Bryan Hemming

short stories, comment, articles, humour and photography

The Creature in The Rose – A Tale from the Dark Side of Publishing

In 2004 two of my works Purple Haze and El Levante were published by BeWrite Books in a paperback anthology of 22 stories by 21 writers entitled The Creature in the Rose – Tales from the Dark Side of Love

Despite my two stories taking up 52 pages of a book consisting of 308 pages (almost 17%) I foolishly signed a contract entitling me to only 2.1% of writers’ royalties. On the other hand, I didn’t expect a lot from it whichever way it went, I was only to happy to get published without it costing me a cent.

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My expectations were more than fulfilled when I received absolutely nothing whatsoever after the first quarterly account showing my share amounted to less than £2. By the time the contract expired I was briefly informed printing would cease and my royalties amounted to £2.08, courtesy of Alex Marr of BeWrite. And that was it. No thank you very much for all your efforts. Almost as though it was entirely my fault. Taking into account I live in Spain, where the currency is the euro, it would have cost me more than it was worth in bank charges to receive the paltry sum. These little things were all accepted with a pinch of salt, a sprinkling of cynicism and a dose of mild disbelief. What could I know without receiving an actual count of the number of books sold?

Despite the scholarly image respected newspapers and the literary world like to project of themselves, they are both cut-throat and ruthless. Writers are constantly being cheated out of royalties and extra fees from sales of copyright material to third parties or ‘research agencies’. Even their own agents sometimes cheat them. New conditions to contracts are added after the event. Few writers have the time or money to follow up when their copyright has been breached, especially as it happens on a worldwide basis now the internet has made it so much easier. More often than not, they remain unaware.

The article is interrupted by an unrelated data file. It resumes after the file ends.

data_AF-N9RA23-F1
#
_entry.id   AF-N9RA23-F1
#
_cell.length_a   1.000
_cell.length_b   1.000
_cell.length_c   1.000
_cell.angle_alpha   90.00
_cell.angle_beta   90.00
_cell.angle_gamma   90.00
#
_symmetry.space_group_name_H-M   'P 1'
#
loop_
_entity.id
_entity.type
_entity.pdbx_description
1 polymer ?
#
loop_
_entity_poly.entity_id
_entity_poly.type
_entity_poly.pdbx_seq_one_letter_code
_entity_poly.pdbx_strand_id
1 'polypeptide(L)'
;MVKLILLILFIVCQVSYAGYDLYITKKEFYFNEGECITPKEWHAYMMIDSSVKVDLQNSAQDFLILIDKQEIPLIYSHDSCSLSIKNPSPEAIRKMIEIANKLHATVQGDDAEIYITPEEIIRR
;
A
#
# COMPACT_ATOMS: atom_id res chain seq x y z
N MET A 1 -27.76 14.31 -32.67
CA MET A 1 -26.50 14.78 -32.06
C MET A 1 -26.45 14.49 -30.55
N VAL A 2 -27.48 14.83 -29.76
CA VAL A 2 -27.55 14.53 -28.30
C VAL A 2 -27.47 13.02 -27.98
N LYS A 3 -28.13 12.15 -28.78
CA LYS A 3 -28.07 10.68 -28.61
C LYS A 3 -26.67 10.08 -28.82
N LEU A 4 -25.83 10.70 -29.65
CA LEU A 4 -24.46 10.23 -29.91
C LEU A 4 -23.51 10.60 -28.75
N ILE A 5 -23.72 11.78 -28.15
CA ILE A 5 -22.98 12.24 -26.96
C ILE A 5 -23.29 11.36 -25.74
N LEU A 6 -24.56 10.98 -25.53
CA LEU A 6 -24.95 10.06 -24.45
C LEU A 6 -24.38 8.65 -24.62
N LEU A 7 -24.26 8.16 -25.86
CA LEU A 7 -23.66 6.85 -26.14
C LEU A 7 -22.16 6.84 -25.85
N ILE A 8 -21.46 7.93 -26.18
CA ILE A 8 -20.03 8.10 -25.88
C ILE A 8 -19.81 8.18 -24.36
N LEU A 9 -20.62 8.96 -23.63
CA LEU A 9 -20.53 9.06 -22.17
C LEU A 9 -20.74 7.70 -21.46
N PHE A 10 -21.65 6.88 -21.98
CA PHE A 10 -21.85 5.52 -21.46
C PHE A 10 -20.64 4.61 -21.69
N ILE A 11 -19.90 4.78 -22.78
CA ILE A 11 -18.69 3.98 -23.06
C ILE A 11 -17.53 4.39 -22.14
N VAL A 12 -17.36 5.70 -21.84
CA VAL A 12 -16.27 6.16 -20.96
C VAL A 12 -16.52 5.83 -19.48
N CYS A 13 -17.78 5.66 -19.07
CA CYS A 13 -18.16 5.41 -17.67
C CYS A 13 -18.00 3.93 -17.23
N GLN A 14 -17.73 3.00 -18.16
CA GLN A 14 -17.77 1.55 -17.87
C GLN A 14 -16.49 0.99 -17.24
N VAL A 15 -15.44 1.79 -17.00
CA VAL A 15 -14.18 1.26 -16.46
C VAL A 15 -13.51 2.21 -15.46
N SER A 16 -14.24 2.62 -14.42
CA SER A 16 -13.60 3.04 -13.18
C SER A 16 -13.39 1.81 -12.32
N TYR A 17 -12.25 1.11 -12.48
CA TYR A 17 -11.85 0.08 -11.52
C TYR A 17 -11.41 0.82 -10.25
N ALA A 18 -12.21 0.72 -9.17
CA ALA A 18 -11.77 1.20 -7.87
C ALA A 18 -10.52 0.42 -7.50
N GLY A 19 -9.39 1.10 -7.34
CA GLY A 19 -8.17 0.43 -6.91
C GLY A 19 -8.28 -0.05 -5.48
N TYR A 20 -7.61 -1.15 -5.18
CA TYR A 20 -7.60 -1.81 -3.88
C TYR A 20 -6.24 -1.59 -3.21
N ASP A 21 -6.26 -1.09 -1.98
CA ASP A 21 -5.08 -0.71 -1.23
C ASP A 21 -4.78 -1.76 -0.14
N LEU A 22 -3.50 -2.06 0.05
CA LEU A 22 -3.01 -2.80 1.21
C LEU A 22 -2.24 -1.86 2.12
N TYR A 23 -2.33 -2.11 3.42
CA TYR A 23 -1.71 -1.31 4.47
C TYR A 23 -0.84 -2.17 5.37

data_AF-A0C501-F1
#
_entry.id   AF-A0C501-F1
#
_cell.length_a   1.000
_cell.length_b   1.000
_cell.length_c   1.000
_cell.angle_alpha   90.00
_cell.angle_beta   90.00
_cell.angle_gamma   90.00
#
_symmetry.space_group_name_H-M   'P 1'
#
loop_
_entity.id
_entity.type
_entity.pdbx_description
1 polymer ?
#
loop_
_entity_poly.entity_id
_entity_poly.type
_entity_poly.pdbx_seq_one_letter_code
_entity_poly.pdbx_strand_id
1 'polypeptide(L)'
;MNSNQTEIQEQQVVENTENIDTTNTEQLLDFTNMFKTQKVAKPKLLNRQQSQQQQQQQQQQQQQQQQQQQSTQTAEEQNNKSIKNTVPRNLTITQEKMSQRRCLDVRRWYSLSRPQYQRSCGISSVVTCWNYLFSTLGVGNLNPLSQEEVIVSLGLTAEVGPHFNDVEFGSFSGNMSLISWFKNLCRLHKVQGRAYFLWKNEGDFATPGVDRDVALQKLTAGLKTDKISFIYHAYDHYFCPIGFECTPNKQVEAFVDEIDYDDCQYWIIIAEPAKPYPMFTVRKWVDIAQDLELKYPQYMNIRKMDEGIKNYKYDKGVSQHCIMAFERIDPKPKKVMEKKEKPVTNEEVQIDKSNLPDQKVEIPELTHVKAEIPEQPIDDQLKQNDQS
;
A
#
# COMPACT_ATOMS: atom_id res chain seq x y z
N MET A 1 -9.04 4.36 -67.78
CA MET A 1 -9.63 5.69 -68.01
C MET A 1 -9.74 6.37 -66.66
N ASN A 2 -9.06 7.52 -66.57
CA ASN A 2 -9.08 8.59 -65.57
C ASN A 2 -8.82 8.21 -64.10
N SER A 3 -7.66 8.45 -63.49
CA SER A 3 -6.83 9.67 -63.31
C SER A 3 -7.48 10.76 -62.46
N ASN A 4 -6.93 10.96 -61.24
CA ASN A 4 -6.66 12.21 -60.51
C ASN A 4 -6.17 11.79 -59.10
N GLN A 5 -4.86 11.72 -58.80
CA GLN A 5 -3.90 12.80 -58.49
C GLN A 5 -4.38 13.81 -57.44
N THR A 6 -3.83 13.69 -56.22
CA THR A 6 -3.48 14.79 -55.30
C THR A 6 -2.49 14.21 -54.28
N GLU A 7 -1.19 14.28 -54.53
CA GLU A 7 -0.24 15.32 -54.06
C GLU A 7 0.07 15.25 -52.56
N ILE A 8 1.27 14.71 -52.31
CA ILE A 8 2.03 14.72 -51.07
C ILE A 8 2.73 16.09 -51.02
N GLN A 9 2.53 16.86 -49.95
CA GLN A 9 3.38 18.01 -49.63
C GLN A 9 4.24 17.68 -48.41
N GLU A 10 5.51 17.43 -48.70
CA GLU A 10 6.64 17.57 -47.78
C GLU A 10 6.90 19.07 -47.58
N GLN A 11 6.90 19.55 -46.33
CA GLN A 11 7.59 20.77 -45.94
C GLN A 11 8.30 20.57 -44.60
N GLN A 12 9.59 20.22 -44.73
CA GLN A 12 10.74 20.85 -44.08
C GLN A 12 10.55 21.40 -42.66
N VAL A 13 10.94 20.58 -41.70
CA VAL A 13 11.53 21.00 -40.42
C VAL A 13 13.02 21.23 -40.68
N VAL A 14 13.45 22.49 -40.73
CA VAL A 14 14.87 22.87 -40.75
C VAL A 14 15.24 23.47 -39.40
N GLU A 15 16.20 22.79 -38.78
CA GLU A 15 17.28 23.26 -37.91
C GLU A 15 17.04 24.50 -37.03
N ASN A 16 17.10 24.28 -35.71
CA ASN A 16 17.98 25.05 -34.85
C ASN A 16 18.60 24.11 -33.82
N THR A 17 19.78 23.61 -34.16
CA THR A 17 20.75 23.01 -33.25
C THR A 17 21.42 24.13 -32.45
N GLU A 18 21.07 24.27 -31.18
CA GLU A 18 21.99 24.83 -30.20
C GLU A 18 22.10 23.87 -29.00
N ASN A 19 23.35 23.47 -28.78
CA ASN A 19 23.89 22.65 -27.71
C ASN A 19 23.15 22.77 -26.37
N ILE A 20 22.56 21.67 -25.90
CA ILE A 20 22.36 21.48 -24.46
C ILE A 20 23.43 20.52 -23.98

The screenshot at the top of the page was taken this morning (9th June 2014) from the Amazon site at 11.07 Spanish time. It purports to reflect the current second-hand market values for copies of The Creature in the Rose. Like all other market values, these are supposed to reflect market variations on a constantly changing basis according to demand, condition and availability. The problem is, without oversight, they are wide open to criminal distortion.

Though Amazon sell books they have in stock, they also act as a third party in handling books from dealers throughout the world. Yet there is something very odd about the The Creature in the Rose page for second-hand booksI was stirred into action today simply because to look at the information one could easily be led to believe a book dealer is using the services of Amazon to advertise a second-hand copy of the book described as ‘Used – Good’ at the extraordinary price of £999.00. Perhaps that is the case.

Now, I know something about collectable first edition books in hardback and in paperback, having bought and sold them, mainly as a collector, once upon a time. Even many highly-collectable, first edition, hardbacks complete with dust-wrappers in excellent condition by well-known authors do not reach such high prices. Much as I would like to pretend my work deserves it, The Creature in the Rose fits none of those categories. Anthologies of short stories by groups of unknown authors in paperback, which cannot realistically be classified as first editions, are almost never in demand by collectors. Correction, they are never in demand by collectors.